Garden Gossip

by Ted Smith

It is difficult to imagine a vegetable that is more prized or sought after than fresh succulent asparagus. One of the first vegetables to show up in the garden every spring, a well managed asparagus bed continues to produce for a month or two each year. As for versatility, asparagus is difficult to match. Equally at home on the breakfast table or served for dinner, asparagus is considered by many to be the king of all vegetables. Not only can asparagus be served at any meal and with nearly any other food, it can also be prepared in a myriad of ways. Unbeatable eaten fresh and raw right in the garden, asparagus can also be steamed, baked, sauteed, BBQ’ed, boiled, stir fried, juiced or pickled. The short list revolves around ways asparagus can’t be used, and it’s a very short list.

With all this versatility in the kitchen, we’re fortunate that asparagus is equally anxious to please us in the garden. With just a little care during the planting of your asparagus, you can easily see twenty years of productivity. Since asparagus is such a long-lived perennial, it is most important that you situate your bed in an area that you will be happy with for a couple of decades. 

First, asparagus does not like wet feet. Good drainage is one of the most important factors to consider when situating your asparagus bed. Sandy soil is preferred for this very reason. A lot of people will also go that extra step and create raised beds for a little extra insurance. 

Sunshine is also an important consideration. Asparagus beds benefit from as much sunshine as they can get. I do know of some very productive beds that get by with just half days of sun but more light will definitely lead to stronger plants and bigger harvests.

Next, always bear in mind that asparagus hates weed competition. Try to keep your bed small enough that it remains manageable and weed free. The difference in harvest size between weed choked beds and clean weed free beds is remarkable.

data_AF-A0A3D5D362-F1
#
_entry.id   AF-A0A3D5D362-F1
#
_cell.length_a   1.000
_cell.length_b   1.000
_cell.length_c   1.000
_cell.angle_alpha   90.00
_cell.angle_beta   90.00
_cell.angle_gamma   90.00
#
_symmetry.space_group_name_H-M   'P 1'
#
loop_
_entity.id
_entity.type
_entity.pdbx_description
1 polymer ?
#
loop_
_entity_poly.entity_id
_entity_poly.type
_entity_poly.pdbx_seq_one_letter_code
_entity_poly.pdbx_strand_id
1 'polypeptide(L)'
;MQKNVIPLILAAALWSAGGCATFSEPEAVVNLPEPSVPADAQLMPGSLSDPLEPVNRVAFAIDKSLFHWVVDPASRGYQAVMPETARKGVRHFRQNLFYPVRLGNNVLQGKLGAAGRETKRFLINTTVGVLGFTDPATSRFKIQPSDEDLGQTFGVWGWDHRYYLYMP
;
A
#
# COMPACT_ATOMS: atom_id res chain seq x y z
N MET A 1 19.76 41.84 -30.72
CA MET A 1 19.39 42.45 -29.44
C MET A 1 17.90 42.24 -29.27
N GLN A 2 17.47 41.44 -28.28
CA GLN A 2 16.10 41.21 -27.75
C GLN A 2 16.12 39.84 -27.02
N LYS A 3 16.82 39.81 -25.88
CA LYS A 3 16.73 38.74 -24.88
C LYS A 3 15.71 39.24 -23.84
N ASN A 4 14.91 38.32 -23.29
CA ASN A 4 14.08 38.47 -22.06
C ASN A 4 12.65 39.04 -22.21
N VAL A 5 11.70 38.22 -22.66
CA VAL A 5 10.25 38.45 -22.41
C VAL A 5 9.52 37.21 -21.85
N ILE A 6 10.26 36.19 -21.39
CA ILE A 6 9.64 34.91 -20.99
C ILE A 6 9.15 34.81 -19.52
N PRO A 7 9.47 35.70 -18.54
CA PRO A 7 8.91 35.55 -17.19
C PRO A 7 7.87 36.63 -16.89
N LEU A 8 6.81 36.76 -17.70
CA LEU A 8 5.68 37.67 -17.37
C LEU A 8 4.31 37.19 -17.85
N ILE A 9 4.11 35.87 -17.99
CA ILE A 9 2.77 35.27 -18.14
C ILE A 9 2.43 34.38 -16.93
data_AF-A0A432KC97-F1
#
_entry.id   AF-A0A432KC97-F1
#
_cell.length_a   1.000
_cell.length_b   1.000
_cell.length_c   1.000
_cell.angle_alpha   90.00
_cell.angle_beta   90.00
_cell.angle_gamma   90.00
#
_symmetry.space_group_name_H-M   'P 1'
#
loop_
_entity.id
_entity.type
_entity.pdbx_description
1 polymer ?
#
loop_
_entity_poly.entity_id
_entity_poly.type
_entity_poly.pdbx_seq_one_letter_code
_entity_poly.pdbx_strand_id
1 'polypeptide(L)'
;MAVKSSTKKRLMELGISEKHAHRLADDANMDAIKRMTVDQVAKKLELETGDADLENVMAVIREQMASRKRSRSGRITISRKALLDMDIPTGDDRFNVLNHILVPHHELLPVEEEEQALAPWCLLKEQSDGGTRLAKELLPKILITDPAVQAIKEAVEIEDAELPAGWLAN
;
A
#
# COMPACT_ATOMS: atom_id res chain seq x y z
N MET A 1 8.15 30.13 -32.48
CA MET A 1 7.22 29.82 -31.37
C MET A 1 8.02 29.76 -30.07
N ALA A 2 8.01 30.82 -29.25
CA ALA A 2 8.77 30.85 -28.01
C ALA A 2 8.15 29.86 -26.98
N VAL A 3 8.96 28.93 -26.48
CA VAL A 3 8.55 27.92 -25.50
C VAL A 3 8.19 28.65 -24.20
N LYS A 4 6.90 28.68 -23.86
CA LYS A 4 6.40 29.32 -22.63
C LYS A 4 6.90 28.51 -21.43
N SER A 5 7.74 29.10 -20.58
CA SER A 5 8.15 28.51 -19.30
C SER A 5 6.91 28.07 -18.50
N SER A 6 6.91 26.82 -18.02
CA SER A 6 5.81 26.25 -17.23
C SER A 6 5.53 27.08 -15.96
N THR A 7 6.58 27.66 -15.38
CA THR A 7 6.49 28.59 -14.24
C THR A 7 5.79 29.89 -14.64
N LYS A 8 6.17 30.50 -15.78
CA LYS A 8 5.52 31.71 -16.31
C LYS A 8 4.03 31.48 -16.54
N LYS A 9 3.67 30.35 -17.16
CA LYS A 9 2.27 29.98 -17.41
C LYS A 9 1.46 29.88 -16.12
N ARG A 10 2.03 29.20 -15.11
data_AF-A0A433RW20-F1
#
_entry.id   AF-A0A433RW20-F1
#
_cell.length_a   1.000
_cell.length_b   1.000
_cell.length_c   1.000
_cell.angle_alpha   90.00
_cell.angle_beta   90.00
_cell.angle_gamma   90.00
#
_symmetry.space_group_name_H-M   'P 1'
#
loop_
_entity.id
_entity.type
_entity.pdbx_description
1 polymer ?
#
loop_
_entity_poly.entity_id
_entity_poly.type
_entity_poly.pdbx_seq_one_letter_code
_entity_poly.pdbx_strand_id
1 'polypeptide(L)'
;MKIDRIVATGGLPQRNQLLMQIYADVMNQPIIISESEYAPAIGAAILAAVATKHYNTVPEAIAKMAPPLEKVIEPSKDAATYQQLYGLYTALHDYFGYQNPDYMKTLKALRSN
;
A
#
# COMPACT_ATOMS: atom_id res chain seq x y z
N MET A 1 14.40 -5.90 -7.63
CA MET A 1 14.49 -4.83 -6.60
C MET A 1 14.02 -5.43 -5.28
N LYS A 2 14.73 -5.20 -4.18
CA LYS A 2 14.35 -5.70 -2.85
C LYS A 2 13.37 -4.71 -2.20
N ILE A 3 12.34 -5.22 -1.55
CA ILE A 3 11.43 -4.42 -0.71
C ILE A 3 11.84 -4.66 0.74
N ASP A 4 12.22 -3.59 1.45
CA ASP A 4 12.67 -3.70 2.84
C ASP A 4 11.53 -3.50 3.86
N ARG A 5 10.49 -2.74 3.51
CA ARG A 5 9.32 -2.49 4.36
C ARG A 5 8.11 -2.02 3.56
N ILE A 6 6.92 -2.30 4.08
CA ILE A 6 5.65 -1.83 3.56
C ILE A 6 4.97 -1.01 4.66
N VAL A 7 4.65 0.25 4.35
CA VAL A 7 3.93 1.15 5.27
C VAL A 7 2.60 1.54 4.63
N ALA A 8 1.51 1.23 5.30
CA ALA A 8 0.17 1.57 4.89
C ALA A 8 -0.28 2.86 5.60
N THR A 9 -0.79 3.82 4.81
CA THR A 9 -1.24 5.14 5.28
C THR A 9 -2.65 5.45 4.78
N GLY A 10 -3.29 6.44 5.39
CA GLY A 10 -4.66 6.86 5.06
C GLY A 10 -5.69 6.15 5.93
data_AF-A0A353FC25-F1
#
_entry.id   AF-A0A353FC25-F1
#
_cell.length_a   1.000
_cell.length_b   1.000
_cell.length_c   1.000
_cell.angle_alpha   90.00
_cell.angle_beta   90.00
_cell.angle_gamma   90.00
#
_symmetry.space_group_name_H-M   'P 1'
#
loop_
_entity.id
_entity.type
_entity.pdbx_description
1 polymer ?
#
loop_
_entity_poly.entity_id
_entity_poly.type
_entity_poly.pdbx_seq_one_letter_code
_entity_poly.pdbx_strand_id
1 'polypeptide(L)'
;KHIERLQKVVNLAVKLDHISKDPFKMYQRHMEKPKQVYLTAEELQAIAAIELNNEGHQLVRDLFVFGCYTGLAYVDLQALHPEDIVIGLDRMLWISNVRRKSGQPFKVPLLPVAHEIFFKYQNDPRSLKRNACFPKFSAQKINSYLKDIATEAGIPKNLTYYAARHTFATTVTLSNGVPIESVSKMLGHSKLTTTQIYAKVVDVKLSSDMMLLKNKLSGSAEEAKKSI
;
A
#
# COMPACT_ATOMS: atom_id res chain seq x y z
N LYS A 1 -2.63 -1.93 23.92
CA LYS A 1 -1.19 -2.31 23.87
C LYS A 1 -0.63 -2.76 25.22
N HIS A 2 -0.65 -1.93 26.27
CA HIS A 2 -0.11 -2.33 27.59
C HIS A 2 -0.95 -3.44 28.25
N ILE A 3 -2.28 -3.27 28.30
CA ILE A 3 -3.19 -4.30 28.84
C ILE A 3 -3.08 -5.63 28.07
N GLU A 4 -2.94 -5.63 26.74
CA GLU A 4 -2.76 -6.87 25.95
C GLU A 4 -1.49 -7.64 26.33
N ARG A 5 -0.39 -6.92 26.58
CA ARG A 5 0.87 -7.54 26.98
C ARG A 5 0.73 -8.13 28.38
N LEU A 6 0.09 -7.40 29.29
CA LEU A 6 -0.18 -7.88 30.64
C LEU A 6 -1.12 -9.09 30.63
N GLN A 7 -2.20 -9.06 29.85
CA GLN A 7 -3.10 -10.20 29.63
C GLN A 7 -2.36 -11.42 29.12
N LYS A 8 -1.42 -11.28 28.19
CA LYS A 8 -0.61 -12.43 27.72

Another consideration for asparagus is soil fertility. Since this long-lived plant will be in one place for many years it is a really good idea to properly amend the soil in its new bed before planting. After this the only feeding you will be able to provide is through surface applications of compost or manure. To prepare your asparagus beds you can either add a couple of inches of rich compost or well rotted manure and till this in, or you can wait and add this material to the bottom of the planting trenches that you will eventually be making.

When planting asparagus, you will have a couple of options. You can start plants from seed with the understanding that it will be three or four years before you can harvest any spears. The other option is to buy established roots which can be planted and often harvested from as early as their second year. Roots (crowns) are generally available as two or three year-old stock. I personally prefer the two year-old roots as asparagus becomes slightly more difficult to transplant with each passing year. I have tried both and found no advantage to spending more for the extra year’s growth.

Starting asparagus from seed is very easy. Simply fill a seed starting flat or tray with sterile seed starting mix. Poke asparagus seeds into the mix approximately one centimeter apart in all directions. The seeds should be covered by their own depth in soil and then tamped down. Water the tray until it is evenly moist but not wet. Cover it with a humidity dome or plastic wrap and place it somewhere warm until tiny (and I do mean tiny) spears can be seen emerging. At this point move the tray to bright light and remove the cover. These baby asparagus can be grown until all danger of frost has passed and then they can be pricked from the tray and planted into their new bed. After a couple years worth of growth the new asparagus will begin to flower. Any plants that produce red berries by late summer are females and many gardeners remove these plants as they are less productive than males. I have never taken the time to do this in my large beds but for a home gardener looking to maximize space it is a good idea. The empty spot that you have created by removing the female plants can be filled in with new babies and the cycle will continue until you have a highly productive all male asparagus patch. 

Resist the urge to harvest asparagus spears from seed started plants for at least two years. After this, harvest sparingly for another year or two. Pick only spears that are at least as fat as a pencil and leave anything smaller to grow or you will exhaust your plants and end up with very weak roots.

And as usual, we are out of space so please come back next week when we will try to wrap this up.